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Title: Cause and Timing of Death and Subgroup Differential Effects of Erythropoietin in the EPO-TBI Study.
Austin Authors: Skrifvars, Markus B;French, Craig;Bailey, Michael;Presneill, Jeffrey;Nichol, Alistair;Little, Lorraine;Durantea, Jacques;Huet, Olivier;Haddad, Samir;Arabi, Yaseen;McArthur, Colin;Cooper, D James;Bellomo, Rinaldo 
Affiliation: Division of Intensive Care, Department of Anaesthesiology, Intensive Care and Pain Medicine, Helsinki University and Helsinki University Hospital, Helsinki, Finland
Department of Intensive Care, Austin Health, Heidelberg, Victoria, Australia
Department of Intensive Care and Hyperbaric Medicine, The Alfred, Melbourne, Victoria, Australia
School of Medicine and Medical Sciences, University College Dublin, Dublin, Ireland
St Vincent's University Hospital, Dublin, Ireland
Department of Intensive Care, Royal Melbourne Hospital, Melbourne, Victoria, Australia
Department of Intensive Care, Western Health, Melbourne, Victoria, Australia
North West Academic Centre, University of Melbourne, Melbourne, Victoria, Australia
Australian and New Zealand Intensive Care Research Centre, School of Public Health and Preventive Medicine, Monash University, Melbourne, Victoria, Australia
Département d'Anesthésie-Réanimation, Hôpital de Bicêtre, Assistance Publique des Hopitaux de Paris, Hôpitaux Universitaires Paris-Sud, Université Paris-Sud, Paris, France
Department of Anaesthesiology and Intensive Care Medicine, CHU La Cavale Blanche, Brest, France
King Saud Bin Abdulaziz University for Health Sciences and King Abdullah International Medical Research Center, Riyadh, Saudi Arabia
Auckland City Hospital, Auckland, New Zealand
Issue Date: 2018
Publication information: Journal of neurotrauma 2018; 35(2): 333-340
Abstract: The EPO-TBI study randomized 606 patients with moderate or severe traumatic brain injury (TBI) to be treated with weekly epoetin alfa (EPO) or placebo. Six month mortality was lower in EPO treated patients in an analysis adjusting for TBI severity. Knowledge of possible differential effects by TBI injury subtype and acute neurosurgical treatment as well as timing and cause of death (COD) will facilitate the design of future interventional TBI trials. We defined COD as cerebral (brain death, cerebral death with withdrawal, or death during maximal care) and non-cerebral (death following withdrawal or during maximal care, which had a non-cerebral cause). The study included 305 patients treated with EPO and 297 treated with placebo, with COD recorded in 77 (99%) out of 78 non-survivors. Median time to death in patients dying of cerebral COD was 8 days (interquartile range [IQR] 5-16) compared with 29 days (IQR 7-56) (p = 0.01) for non-cerebral COD. When assessing subgroups by admission CT scan injury findings, we found no significant differential effects of EPO compared with placebo. However, EPO appeared more effective in patients with an injury type not requiring a neurosurgical operation prior to intensive care unit (ICU) admission (odds ratio [OR] 0.29, 95% confidence interval [CI] 0.14-0.61, p = 0.001, p for interaction = 0.003) and in this subgroup, fewer patients died of cerebral causes in the EPO than in the placebo group (5% compared with 14%, p = 0.03). In conclusion, most TBI deaths were from cerebral causes that occurred during the first 2 weeks, and were related to withdrawal of care. EPO appeared to specifically reduce cerebral deaths in the important subgroup of patients with a diffuse type of injury not requiring a neurosurgical intervention prior to randomization.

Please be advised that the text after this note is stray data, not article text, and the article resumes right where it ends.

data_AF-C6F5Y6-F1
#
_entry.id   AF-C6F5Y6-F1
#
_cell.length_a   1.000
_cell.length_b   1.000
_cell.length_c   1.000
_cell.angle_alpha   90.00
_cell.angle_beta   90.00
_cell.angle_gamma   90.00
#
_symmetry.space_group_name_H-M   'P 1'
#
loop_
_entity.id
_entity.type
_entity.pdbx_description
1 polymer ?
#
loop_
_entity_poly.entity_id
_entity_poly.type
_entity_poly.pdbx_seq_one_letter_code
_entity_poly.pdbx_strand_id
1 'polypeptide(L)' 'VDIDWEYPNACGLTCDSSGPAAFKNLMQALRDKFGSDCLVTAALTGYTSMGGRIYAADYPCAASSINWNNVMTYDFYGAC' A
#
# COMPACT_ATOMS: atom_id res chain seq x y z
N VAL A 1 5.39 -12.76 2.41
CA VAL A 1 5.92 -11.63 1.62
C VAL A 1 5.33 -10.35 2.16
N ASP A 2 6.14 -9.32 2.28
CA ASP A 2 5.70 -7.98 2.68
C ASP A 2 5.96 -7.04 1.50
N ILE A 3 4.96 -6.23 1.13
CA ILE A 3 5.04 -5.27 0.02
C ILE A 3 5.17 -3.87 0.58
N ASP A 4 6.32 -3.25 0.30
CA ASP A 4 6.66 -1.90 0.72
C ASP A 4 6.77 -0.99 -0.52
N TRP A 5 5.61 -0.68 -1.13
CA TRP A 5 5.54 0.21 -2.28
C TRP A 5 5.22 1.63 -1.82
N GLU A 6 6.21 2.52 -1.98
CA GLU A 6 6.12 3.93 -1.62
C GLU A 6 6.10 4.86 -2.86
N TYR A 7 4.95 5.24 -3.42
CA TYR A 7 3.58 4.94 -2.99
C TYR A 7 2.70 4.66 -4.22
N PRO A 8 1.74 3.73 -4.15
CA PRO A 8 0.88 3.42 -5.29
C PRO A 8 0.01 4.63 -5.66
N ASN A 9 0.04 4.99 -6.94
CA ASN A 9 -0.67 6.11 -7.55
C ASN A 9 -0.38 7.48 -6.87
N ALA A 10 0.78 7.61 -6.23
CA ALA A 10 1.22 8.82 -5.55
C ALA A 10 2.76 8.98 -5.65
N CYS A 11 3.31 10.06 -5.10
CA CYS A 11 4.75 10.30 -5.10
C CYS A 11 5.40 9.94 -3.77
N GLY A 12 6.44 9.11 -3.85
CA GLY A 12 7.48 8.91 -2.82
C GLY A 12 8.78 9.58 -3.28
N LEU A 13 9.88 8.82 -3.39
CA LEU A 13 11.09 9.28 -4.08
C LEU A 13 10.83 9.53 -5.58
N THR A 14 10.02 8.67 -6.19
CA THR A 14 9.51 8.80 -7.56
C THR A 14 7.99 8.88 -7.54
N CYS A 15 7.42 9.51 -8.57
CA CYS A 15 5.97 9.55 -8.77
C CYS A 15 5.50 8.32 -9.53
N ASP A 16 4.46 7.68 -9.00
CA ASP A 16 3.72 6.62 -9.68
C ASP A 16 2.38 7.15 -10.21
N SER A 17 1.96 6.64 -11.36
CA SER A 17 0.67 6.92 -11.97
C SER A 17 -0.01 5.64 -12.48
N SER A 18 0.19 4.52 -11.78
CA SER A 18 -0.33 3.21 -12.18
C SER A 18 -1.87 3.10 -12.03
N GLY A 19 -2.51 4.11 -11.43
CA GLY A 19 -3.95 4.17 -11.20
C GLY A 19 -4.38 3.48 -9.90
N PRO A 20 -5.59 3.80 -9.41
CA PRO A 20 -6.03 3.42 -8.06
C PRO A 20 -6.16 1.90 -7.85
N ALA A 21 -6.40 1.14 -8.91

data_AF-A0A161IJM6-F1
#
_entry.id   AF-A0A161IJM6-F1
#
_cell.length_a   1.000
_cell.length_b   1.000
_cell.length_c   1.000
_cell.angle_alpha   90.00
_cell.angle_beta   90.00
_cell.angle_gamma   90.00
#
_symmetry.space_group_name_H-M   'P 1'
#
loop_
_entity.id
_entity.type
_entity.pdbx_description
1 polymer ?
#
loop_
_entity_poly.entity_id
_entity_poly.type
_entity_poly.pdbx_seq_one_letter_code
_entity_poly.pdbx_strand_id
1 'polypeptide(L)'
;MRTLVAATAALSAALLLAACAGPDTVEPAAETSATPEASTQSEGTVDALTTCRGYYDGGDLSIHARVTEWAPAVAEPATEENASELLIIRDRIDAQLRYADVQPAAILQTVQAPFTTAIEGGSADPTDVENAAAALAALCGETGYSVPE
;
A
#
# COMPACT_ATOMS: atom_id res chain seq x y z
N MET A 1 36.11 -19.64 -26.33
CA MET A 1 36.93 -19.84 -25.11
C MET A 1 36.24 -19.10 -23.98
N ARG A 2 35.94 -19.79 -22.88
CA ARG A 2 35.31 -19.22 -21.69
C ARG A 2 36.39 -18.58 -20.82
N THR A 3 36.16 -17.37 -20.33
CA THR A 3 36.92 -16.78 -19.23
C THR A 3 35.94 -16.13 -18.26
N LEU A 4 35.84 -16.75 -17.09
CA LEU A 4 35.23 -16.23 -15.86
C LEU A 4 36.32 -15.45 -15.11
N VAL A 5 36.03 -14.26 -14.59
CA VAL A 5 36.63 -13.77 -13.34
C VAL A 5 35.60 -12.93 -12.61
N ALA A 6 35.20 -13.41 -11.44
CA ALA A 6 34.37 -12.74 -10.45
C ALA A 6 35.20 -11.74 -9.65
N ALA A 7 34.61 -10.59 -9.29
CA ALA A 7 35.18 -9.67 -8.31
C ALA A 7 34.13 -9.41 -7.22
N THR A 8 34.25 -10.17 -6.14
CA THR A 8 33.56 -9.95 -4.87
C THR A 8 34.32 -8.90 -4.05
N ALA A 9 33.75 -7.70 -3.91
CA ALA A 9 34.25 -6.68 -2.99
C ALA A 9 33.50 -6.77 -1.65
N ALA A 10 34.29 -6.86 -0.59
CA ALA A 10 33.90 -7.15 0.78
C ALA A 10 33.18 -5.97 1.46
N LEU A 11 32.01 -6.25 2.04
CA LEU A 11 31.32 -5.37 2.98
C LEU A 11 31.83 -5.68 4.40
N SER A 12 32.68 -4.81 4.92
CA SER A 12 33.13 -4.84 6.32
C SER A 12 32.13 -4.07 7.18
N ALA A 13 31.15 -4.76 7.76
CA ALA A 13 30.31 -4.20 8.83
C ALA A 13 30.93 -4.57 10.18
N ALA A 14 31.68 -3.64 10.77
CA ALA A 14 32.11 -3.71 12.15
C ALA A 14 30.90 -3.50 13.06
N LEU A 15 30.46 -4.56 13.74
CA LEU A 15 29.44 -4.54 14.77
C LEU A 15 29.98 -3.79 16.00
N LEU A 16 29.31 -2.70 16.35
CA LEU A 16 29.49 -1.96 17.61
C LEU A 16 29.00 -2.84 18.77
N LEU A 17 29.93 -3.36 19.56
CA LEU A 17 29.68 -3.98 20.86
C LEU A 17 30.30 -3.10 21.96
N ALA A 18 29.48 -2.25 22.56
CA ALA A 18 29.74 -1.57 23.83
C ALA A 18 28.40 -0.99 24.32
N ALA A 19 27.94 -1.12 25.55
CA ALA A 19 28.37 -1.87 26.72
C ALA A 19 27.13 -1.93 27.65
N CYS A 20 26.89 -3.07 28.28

DOI: 10.1089/neu.2017.5135
ORCID: 0000-0002-1650-8939
Journal: Journal of neurotrauma
PubMed URL: 29020866
Type: Journal Article
Subjects: adult brain injury
clinical management of central nervous system injury
head trauma
human studies
traumatic brain injury (TBI)
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